Mattern has continued her soccer career following graduation and played in The Netherlands before sustaining an ACL injury in April. She is spending this season as a volunteer assistant coach at her alma mater.
“I had surgery and am four months into my rehab,” Mattern said. “I have been volunteer coaching. I am in the office every day, doing whatever they need me to do and I’m out on the field when I can be. I will be here through the end of the fall and I do hope to play again professionally somewhere if I can recover fully from my knee injury. In the meantime, I am loving and soaking up every minute of being back here and being around the soccer team.”
Smith has enjoyed watching Mattern progressing into a coach this season and understands well the change of perspective necessary to transition from the field to the bench.
“She is young and she has been taking in as much as she can about the coaching side of things,” Smith said. “It has been a transition for her and she’s still a player. I remember that feeling coming out and it’s sometimes hard to transition into that coach’s role on the sideline. She is trying to learn as much as she can as a coaching figure, but also preparing to play again. She has seen both sides of the game, she’s very bright and reads the game well, so I know she’ll be a tremendous coach. Plus, she has the personality to lead others and be well-liked and supported by anyone she meets.”
In addition to her volunteer duties with the Gamecocks, Mattern has been coaching a youth team, whose roster includes Smith’s oldest son, Braden.
“She is already working with a youth team, so she’s getting some coaching responsibilities and she’s actually coaching our oldest son, who is eight at the moment,” Smith said. “It has been nice to see her take over and do some sessions and, she’s been like a big sister to my kids. It means a lot to her to be out there and give back, but also she loves our boys and loves working with Braden and the others. She has all the tools to be a tremendous coach.”
That’s a good thing because, while Mattern looks forward to continuing her playing career as long as possible, she is also very interested in pursuing a career in coaching.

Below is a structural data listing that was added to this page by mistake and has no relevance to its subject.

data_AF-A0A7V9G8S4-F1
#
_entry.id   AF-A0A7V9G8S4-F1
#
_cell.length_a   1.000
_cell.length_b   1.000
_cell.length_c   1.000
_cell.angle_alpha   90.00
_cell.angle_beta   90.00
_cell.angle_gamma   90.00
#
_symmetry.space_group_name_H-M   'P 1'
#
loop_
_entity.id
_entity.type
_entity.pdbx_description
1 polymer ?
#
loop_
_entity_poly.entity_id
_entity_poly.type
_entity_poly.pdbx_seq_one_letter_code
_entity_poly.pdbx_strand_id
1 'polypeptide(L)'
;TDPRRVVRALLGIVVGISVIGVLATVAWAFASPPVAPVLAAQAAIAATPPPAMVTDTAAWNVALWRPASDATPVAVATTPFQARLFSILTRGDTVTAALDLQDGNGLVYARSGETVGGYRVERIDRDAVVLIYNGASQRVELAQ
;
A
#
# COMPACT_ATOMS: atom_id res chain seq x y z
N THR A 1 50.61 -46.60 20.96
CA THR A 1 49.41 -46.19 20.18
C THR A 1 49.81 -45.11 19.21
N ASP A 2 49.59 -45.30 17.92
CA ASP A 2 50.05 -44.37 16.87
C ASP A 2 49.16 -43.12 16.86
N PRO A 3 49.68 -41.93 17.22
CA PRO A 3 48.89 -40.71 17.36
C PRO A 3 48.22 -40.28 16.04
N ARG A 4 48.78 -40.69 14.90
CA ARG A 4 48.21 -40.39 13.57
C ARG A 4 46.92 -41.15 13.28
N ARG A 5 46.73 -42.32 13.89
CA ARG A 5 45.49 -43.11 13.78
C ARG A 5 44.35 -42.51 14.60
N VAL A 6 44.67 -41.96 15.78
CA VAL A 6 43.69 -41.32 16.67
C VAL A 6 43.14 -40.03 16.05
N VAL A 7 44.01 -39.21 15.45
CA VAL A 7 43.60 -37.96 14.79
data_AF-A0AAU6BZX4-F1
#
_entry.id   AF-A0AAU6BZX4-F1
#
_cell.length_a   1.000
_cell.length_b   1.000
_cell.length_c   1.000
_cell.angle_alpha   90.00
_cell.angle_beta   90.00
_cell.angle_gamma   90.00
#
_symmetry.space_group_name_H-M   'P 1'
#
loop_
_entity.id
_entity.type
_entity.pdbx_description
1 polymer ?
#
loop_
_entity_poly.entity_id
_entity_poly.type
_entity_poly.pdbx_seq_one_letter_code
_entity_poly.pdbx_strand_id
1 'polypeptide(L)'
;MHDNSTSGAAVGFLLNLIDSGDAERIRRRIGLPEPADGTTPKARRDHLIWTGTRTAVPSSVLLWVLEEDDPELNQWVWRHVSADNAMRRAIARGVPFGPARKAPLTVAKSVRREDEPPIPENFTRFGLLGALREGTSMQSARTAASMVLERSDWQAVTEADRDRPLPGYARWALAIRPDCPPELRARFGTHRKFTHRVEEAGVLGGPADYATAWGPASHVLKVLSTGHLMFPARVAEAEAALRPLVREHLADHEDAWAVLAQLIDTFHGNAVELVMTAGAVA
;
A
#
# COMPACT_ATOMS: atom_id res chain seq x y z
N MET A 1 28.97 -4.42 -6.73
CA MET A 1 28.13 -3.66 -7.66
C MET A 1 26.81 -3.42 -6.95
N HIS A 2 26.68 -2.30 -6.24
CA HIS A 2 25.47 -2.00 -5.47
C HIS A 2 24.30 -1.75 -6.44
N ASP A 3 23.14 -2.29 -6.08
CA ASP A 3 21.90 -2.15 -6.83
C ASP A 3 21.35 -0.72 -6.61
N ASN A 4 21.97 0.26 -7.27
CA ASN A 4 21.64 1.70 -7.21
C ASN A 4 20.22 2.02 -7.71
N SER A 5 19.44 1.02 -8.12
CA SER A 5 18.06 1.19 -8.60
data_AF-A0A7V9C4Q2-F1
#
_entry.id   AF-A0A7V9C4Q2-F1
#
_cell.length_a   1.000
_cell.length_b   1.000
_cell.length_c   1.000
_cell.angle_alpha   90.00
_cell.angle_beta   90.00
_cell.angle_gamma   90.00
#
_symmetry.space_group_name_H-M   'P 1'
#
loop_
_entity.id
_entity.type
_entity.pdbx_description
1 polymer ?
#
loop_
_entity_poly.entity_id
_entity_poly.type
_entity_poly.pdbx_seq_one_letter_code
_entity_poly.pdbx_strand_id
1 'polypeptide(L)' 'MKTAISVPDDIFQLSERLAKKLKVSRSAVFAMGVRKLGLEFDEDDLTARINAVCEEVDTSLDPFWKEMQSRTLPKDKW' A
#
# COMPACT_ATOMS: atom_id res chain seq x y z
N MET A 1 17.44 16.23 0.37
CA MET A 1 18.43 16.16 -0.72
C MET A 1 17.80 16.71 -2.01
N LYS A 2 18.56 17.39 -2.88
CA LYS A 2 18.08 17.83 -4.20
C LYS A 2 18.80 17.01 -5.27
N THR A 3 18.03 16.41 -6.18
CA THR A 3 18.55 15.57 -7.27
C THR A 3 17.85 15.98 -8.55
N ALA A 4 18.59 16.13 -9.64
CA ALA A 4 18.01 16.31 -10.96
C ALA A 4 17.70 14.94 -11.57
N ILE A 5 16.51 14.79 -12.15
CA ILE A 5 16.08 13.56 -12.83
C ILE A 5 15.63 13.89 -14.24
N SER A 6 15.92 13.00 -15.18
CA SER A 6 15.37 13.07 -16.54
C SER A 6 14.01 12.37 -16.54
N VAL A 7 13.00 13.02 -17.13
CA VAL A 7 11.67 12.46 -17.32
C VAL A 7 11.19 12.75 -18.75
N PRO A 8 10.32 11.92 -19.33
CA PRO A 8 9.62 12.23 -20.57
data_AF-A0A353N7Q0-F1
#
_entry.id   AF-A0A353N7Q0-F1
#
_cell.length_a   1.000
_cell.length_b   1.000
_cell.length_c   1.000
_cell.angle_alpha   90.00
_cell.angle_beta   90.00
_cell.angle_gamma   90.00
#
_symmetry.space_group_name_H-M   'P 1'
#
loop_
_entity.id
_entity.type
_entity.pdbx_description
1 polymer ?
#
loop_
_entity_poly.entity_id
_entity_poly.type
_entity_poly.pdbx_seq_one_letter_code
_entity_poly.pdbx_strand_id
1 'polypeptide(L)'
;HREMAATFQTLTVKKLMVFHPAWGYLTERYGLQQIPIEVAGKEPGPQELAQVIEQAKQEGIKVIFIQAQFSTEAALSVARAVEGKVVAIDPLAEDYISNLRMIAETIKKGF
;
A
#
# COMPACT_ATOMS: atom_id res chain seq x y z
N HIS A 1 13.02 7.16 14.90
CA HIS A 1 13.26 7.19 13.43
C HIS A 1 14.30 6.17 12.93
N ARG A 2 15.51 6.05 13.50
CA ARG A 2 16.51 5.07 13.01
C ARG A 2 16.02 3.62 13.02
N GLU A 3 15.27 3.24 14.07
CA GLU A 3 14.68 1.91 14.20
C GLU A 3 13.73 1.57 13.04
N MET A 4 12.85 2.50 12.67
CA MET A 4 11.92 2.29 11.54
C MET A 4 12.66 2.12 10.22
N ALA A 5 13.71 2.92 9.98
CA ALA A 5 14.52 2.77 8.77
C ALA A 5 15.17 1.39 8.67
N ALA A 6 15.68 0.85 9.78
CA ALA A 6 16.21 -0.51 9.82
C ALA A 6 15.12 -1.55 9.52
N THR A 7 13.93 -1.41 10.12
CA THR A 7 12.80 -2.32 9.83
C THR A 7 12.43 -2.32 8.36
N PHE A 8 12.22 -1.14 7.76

“At this point, I’d love to do college coaching, at least for a while,” Mattern said. “I’ve been a volunteer here in a couple of stints and it has really instilled a desire in me to be a coach and to be in this environment. It has been a wonderful experience and I hope, when I hang up my cleats for the last time, that I can potentially get a job with a college soccer program and see where it goes from there. I love working with people, being outside and being involved at such a crucial time in a girl’s life. As of right now, that’s definitely the career path I’m looking to take.”
When Mattern looks into the future, a bright future in coaching stares back at her. When she looks back at the past, she finds great satisfaction in what she and her teammates were able to accomplish at South Carolina.
“It’s crazy when you look back on how much we’ve grown; just the entire character of the program has just grown so much,” Mattern said. “My class especially just didn’t want to accept losing. We put in a lot of extra time on the field to get better every day. There is a shift where girls are not just satisfied being here. Sometimes, once girls get to a program, they have a scholarship and they are just going through the motions. We weren’t about that. We wanted to do something special and that’s still going on here.”
Speaking of special, that’s exactly how Smith describes Mattern, the driven leader who helped her coach’s vision for a championship program come to fruition.
“She was one of those dream players to coach; one of those who has their priorities perfectly in line,” Smith said. “She was committed to her academics and her athletics, so she excelled in the classroom and on the field. Plus, she was a tremendous player to be around, so coachable, had a great personality and was a good teammate. She was all the things that you want in a student-athlete.”